Allakhverdov GR*
State Scientific-Research Institute of Chemical Reagents and High Purity Chemical Substances- National Research Centre, Kurchatov’s Institute, Russia
*Corresponding author: Allakhverdov GR, State Scientific-Research Institute of Chemical Reagents and High Purity Chemical Substances–National Research Centre, Kurchatov’s Institute, Russia
Submission: May 31, 2019;Published: July 09, 2019
ISSN 2578-0255
Volume3 Issue2
A new method for calculating the separation factor in the processes of crystallization of the inorganic substances from aqueous solutions is proposed. The calculated values of the separation factor are in good agreement with the experimental data. As the initial data for the calculation are used the solvent activity data in binary saturated solutions of the impurity and major components.
1. Keywords: Separation factor; Activity of component; Isopiestic solutions
When crystallization from solution is used to obtain pure inorganic substances, the degree of purification of the major component in the most important range of trace impurity concentration can be characterized by the limiting separation factor. This parameter K_{i} can be represented is the limit of the rate of the component concentrations in phases coexisting in equilibrium:
where the subscript i and m refer to the impurity and major component, respectively; y is the mole fraction of the impurity or major component in the solid phase, and x is the relative concentration, which proportional molality of the component in the liquid phase, x=νm/W, 𝜈-stoichiometric coefficient of the electrolyte, m–molality, W–number of moles of the solvent per kilogram (W=55,51 for water). This paper presents a theoretical estimate of characteristics of interaction between components in mixed electrolyte solutions and calculation of separation factors for the purification of inorganic substances by crystallization.
According to the Nernst distribution law, under phase equilibrium conditions the thermodynamics separation factor K_{i}^{0} can be defined as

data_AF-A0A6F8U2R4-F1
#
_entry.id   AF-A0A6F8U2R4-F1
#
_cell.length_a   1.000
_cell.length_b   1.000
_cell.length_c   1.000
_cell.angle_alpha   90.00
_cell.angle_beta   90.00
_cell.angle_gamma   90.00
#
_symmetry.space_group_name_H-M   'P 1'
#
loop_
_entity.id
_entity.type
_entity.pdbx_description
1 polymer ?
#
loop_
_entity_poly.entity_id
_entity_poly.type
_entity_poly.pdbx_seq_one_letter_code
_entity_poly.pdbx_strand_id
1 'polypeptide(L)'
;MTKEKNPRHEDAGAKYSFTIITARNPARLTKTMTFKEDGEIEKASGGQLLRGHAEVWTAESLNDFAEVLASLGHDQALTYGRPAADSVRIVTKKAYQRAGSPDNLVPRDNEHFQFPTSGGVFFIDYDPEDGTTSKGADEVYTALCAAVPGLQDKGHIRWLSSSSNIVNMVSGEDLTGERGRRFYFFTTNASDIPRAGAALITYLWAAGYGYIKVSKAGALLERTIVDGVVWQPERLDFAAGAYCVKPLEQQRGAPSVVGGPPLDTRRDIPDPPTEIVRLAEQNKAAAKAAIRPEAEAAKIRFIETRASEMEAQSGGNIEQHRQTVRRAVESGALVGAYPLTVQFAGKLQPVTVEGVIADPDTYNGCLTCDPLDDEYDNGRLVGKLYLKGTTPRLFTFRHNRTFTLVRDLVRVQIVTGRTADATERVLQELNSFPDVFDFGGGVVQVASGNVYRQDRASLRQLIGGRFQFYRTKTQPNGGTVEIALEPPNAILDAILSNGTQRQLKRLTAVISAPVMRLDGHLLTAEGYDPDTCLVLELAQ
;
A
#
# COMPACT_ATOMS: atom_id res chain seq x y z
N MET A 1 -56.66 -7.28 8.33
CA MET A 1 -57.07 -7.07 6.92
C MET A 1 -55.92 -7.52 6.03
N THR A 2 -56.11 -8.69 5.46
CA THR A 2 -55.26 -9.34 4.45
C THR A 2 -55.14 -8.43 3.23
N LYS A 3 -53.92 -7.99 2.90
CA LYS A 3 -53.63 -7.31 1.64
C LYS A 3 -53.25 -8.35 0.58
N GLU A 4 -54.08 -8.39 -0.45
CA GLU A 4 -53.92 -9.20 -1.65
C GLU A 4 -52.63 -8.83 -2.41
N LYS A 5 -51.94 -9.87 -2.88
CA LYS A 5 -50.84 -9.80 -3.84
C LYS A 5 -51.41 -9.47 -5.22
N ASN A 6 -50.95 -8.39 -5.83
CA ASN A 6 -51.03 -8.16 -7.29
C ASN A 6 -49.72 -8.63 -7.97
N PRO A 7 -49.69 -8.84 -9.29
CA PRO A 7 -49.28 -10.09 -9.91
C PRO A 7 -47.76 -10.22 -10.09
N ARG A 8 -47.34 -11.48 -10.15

where S and L the activities of components in the solid and liquid phases, respectively. K_{i}^{0} retains its meaning at any relationship between components, including the limiting case of pure components. Taking the activity of pure components in the solid phase to be unity, the Eq.(2) can be represented as the following
where L_{i}^{0} and L_{m}^{0} are the activity of the impurity and major component in their saturated binary solutions. Comparing Eqs.(2) and (3) and taking into account that, at trace impurity levels, L_{m}⤑L_{m}^{0} for x_{i}⤑0, we can write following relation:
where L_{i} is the activity of the impurity component in the mixed solution. For x_{i}⤑0, to a good approximation this parameter can be represented in the form:
where L_{i}^{*} is the activity of the impurity component in its isopiestic binary solution having the same solvent vapor pressure as the mixed solution. Combining Eqs.(4) and (5) and substitution S=yf, where f is the activity coefficient of a component in the solid phase, we obtain
Comparing Eqs (1) and (6) and taking account that, under the condition in question, we can take f_{m}=1, we finally have
where f_{i} is the activity coefficient of the impurity component in the solid phase. Relation (7) is similar to the Ratner equation [1], with the distinction that liquid-phase interaction is represented here in explicit form as the ratio of the impurity activities in different solutions.